If we take the minimum circuit under this tree constraint, then it seems like it has exactly the nice property desired. I don’t know how to prove this very formally, but I can sketch it. Let’s posit that we use the same sort of composition of tasks as in Min Circuits. Then the overall solution circuit-tree will be forced to contain a sub-circuit-tree which computes a solution to each of the tasks in the task set - it can’t do it any other way, since there’s no way to share components across tasks without wiring one output to multiple places. And if any one of these sub-circuit-trees is too large (i.e. not the minimal circuit for getting zero loss on that particular task), then the overall circuit-tree is too large too. This is a contradiction, so enforcing this prior on a task set forwards the prior to all the tasks in that set.
However, this prior also seems like it will have really serious competitiveness problems. First of all, forcing the circuit to be a tree is extremely restrictive - it essentially amounts to implementing your entire program without using any variables, and re-computing every time you want to re-use something. This is the same as asking for your program to be a Boolean expression, and then regularizing on the length of that expression. It may not be quite as prohibitive as that makes it sound, since it also seems quite similar to functional programming (albeit without helpful tools like map and fold). Perhaps in implementation we could use the same measures functional programming systems use to be competitive (clever memoization and caching, I assume?), while still applying a speed prior as if we hadn’t used the speedup? Doing that on a neural network instead of a legible boolean circuit is also a major obstacle, but we’re deep in theory-land right now and I’m mostly concerned with whether this strategy can be made competitive in principle.
A second, potentially more serious difficulty is the effect of this prior on generalization. If we imagine these Boolean circuits as working by evaluating a set of hypothesis programs in parallel, then observing the environment and picking the correct hypotheses output, then a larger hypothesis class is always going to make the tree larger. This is mostly the same tendency to produce lookup tables which comes up for speed-like priors in general. However, the tree restriction may make the lookup table problem more difficult to work around, since it seems to revolve around forbidding any sort of clever programming synergies. After all, even extremely simple Boolean circuits like one-bit adders involve wiring the output of a gate to two inputs.
Next, I tried a different framing of the problem. Why is it that the fastest search process doesn’t return the fastest algorithm? Well, if we sketch a simple breakdown of the runtime of a search process, we get something like this:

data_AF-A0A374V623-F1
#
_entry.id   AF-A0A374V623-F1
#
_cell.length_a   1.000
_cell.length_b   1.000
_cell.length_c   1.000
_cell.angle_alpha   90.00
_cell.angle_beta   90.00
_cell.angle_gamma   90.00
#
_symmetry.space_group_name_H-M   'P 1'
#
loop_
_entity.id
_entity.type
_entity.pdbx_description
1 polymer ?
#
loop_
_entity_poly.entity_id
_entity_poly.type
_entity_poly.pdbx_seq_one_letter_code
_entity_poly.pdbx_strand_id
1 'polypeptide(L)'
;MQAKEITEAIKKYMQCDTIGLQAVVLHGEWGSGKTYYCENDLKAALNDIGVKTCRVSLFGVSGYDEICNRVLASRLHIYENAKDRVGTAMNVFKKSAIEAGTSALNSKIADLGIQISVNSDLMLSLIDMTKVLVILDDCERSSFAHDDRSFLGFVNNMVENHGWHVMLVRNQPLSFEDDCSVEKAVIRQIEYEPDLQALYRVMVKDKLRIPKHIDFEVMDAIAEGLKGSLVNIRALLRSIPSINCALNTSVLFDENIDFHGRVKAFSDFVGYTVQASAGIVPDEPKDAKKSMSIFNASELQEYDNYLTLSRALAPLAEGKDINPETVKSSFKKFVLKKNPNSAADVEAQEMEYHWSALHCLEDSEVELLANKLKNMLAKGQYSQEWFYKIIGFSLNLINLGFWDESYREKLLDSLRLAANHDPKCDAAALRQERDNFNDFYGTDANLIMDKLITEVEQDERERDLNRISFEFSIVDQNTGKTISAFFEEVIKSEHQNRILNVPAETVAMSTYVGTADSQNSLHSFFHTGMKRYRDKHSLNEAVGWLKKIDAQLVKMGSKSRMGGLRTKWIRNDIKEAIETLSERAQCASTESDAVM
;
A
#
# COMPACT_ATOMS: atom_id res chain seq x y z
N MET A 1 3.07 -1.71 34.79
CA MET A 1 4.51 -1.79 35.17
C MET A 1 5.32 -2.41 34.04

The problem is that f* is such a negligible component of r. This seems to happen mainly because f is approximately as large as f*, and n is probably very large. If we can figure out a way to give discounts to the other steps of the process so that f* dominates, then we can just use a regular speed prior and it will forward properly. But how do we do that? The code run by an inner search over algorithms is never explicitly written down anywhere, it’s all computed implicitly. We won’t be able to identify which parts of the computation to count and which ones to discount when we compute a prior, unless we have perfect interpretability.
Well, what if we give the AI safe cheap tools? In particular, the f and l steps seem quite easy to automate, without obvious room for galaxy-brain algorithm speedups. What if we gave our AI access to a box that would take in a program, evaluate that program on a training set that we determine, and return the batched loss? It seems plausible that even a powerful AI model would be incentivized to use this box, because it saves it the cost of having an internal testing set, and because we could apply a discount to all computations inside the box (for the purposes of our prior). Note that it’s crucial that the box only return batched loss on a large training set, so that it can be used to cheaply evaluate the f+l steps, but not the f* step. If all that holds, then we could use this as a speed prior where f* is a much larger portion of r, and encourage forwarding.
Note that to make this robust to multiple levels of internal search, we can’t just make the box free. Otherwise, if the policy passed into the box to be evaluated contains another level of search, it will be conducted with zero penalty for runtime - exactly the opposite of what we want. So to produce consistent properties across arbitrary levels of search, we apply a multiplicative discount at each level. Ultimately, this would hopefully produce a tree of recursive box calls, where at each level the discount applied to the boxed parts of the algorithm means that the overall cost of the algorithm is dominated by f* - the runtime of the object-level algorithm getting executed. In other words, forwarding of a speed prior across arbitrarily many levels of search!
The core thing that the last proposal was trying to do was to get f* to be most of r. In other words, to get the runtime of the level-n+1 program to be most of the cost of the level-n search. But if we have multiple levels of search, then the cost of the level-n+1 program will also be mostly driven by the cost of the level-n+2 program, and so on until the chain of inner searches stops. Which means that ultimately, the cost of the whole program is getting driven by the runtime of the algorithm all the way at the bottom of the chain of searches. This is another way of framing what we want - the real goal of forwarding is ultimately just to put a speed prior on object-level algorithms.